Writes Jeff Bezos today, on the Amazon.com home page:
I love slipping into a comfortable chair for a long read – as I relax into the chair, I also relax into the author’s words, stories, and ideas. The physical book is so elegant that the artifact itself disappears into the background. The paper, glue, ink, and stitching that make up the book vanish, and what remains is the author’s world.
It’s this decidedly old-fashioned experience – this pre-Web experience – that Bezos says he sought to replicate with Kindle, Amazon’s pricey new ebook. No reading-by-committee. No the-crowd-is-the-author rigmarole. No comments from the always-on peanut gallery. No text-as-runny-liquid-fabric. No social network. Just one reader alone with one book by one author:
We’ve been working on Kindle for more than three years. Our top design objective was for Kindle to disappear in your hands – to get out of the way – so you can enjoy your reading.
Bezos must be distressed that the Anti-Gutenbergians are using the launch of Kindle as an excuse for another gleeful trashing of the idea of a book as a self-contained and self-sufficient work. Steven Levy, in his Newsweek cover story on the device, channels the philistine zeal of our post-modern book burners: “Talk to people who have thought about the future of books and there’s a phrase you hear again and again: Readers will read in public. Writers will write in public.” He quotes Bob Stein, head of the ironically named Institute for the Future of the Book: “Book clubs could meet inside of a book.” And Stein’s colleague, Ben Vershbow: “The idea of authorship will change and become more of a process than a product.” Peter Brantley, of the Digital Library Foundation, “envisions wiki-style collaborations where the author, instead of being the sole authority, is a ‘superuser,’ the lead wolf of a creative pack.” Adam Smith, head of Google Book Search, looks forward to “getting rid of the idea that a book is a [closed] container.”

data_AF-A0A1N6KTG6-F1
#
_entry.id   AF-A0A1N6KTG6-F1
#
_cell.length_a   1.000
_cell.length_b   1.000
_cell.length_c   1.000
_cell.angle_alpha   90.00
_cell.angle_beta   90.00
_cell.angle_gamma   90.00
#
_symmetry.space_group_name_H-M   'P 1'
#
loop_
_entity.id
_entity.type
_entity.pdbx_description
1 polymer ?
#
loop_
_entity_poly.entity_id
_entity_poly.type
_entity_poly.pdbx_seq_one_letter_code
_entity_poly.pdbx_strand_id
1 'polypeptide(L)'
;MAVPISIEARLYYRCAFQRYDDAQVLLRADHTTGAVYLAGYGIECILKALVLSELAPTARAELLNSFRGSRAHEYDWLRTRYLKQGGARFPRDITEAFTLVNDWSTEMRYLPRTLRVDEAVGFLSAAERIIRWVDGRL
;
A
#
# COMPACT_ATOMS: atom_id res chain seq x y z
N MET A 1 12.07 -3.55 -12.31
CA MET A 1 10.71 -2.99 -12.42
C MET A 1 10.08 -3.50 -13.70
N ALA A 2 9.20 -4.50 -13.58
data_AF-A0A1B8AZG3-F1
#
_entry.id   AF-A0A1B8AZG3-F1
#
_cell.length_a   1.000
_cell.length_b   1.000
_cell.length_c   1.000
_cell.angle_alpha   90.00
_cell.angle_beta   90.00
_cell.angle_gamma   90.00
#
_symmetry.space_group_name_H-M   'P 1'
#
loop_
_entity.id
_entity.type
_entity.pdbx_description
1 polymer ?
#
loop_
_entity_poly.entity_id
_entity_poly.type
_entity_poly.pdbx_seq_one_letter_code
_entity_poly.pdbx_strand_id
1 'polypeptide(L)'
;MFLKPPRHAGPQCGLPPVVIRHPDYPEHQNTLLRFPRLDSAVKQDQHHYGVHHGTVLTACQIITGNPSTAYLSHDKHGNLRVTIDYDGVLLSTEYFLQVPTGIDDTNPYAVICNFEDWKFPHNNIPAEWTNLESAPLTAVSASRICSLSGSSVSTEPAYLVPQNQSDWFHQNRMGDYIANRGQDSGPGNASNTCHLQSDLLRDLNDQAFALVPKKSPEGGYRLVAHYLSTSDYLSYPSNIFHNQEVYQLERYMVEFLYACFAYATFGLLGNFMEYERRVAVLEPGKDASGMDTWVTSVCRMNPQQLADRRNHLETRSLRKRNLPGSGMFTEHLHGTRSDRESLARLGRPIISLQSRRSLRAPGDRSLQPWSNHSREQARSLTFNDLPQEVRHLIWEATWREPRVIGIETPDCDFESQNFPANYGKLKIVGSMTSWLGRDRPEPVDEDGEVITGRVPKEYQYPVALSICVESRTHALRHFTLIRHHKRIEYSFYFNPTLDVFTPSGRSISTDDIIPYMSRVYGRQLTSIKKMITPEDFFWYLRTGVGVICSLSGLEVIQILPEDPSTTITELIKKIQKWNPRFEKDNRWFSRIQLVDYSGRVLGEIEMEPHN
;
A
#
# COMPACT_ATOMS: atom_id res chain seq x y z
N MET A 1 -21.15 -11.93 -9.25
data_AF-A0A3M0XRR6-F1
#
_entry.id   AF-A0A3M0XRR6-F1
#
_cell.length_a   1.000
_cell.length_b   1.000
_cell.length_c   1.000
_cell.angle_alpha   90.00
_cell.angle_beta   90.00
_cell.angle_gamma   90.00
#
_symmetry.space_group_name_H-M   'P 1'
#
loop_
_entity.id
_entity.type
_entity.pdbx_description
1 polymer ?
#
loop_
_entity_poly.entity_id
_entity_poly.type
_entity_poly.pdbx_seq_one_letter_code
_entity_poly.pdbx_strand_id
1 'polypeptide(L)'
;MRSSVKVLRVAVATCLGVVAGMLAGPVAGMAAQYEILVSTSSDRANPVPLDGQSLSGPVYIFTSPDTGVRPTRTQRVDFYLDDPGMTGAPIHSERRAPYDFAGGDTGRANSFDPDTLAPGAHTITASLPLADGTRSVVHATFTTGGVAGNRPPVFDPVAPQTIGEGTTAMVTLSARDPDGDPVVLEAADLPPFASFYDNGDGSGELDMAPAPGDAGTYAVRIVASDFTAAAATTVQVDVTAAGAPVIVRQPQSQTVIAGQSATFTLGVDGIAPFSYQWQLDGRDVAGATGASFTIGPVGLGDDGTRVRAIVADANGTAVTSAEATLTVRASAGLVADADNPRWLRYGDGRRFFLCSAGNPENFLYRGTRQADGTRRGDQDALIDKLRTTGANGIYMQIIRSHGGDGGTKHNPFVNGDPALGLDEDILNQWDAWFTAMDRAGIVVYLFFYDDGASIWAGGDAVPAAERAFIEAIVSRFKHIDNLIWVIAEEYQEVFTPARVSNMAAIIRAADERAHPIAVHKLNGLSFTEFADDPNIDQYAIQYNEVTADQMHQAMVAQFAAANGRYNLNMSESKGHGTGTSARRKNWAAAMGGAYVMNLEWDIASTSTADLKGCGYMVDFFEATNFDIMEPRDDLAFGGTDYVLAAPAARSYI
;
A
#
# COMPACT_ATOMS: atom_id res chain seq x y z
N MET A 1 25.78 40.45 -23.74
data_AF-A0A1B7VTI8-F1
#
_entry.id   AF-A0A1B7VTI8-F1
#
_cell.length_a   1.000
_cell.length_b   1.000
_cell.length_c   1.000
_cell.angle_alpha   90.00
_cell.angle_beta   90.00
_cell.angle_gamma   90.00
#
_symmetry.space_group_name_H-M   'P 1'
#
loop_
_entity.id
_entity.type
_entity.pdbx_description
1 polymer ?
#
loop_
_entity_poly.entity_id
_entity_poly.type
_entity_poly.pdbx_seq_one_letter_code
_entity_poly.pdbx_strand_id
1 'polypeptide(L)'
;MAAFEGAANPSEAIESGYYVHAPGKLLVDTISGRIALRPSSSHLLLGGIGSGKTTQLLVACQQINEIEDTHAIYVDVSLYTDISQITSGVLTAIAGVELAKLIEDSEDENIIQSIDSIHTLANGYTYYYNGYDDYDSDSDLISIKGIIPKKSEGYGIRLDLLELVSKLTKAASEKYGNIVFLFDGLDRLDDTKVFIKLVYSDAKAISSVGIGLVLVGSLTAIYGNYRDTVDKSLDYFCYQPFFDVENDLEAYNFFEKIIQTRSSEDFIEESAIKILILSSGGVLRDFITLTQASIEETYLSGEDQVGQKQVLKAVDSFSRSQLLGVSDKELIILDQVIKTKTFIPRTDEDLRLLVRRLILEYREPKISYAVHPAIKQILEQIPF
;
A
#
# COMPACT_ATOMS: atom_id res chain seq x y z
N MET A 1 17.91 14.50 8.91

Not quite a quiet read in a comfy chair. Not quite an immersion into an author’s world. More like a buffoonish trampling of it.
“The key revolutionary trait in the Kindle,” writes Kevin Kelly, ringleader of the liquid fabricators, “is its wireless connection … The always on book will be always actionable. This ability to interact, manipulate, shape, cut, clip, annotate, and mash up is what will keep books great.” Translation: If we don’t kill this book, it’ll die.
But Kelly and his fellow-travelers are wrong, and Bezos is right. The only thing that will keep books great is respect for the individual author, the individual reader, and the sanctity of the book as a closed container. When that respect goes, the book goes with it.